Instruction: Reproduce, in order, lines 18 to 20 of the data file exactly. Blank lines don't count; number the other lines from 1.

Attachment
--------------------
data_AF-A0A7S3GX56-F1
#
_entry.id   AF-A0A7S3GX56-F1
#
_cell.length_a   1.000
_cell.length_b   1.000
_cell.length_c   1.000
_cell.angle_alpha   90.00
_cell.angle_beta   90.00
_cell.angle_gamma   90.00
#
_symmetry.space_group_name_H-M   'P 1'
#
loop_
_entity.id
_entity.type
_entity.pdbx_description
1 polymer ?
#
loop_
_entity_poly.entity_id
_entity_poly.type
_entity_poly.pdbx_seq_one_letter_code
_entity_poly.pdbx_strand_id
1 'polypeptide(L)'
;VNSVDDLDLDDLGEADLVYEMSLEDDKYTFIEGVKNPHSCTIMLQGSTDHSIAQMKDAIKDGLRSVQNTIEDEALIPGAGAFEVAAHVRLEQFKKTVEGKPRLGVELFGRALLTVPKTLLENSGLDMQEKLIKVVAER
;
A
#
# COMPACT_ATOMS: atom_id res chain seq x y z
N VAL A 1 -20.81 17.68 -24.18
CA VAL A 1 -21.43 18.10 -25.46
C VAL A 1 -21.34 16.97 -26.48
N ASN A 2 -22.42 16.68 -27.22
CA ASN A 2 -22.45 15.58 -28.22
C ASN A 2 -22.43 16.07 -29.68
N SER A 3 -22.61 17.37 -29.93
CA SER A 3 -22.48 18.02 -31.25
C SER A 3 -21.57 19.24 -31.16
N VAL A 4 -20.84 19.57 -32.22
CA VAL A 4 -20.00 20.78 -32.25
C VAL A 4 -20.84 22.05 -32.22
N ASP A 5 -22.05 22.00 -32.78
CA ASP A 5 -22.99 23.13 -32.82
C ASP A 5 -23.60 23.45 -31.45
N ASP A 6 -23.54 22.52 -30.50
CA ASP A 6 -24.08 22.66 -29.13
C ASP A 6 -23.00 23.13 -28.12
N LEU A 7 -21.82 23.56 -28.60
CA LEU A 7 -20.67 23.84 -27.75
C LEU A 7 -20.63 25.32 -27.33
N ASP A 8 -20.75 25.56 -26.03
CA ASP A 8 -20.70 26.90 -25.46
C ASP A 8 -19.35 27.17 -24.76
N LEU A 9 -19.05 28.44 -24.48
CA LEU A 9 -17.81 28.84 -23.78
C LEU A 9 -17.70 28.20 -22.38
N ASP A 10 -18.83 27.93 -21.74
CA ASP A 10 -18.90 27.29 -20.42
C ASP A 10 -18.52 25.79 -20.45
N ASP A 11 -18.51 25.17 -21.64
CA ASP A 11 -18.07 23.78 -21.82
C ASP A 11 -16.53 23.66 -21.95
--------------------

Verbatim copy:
1 polymer ?
#
loop_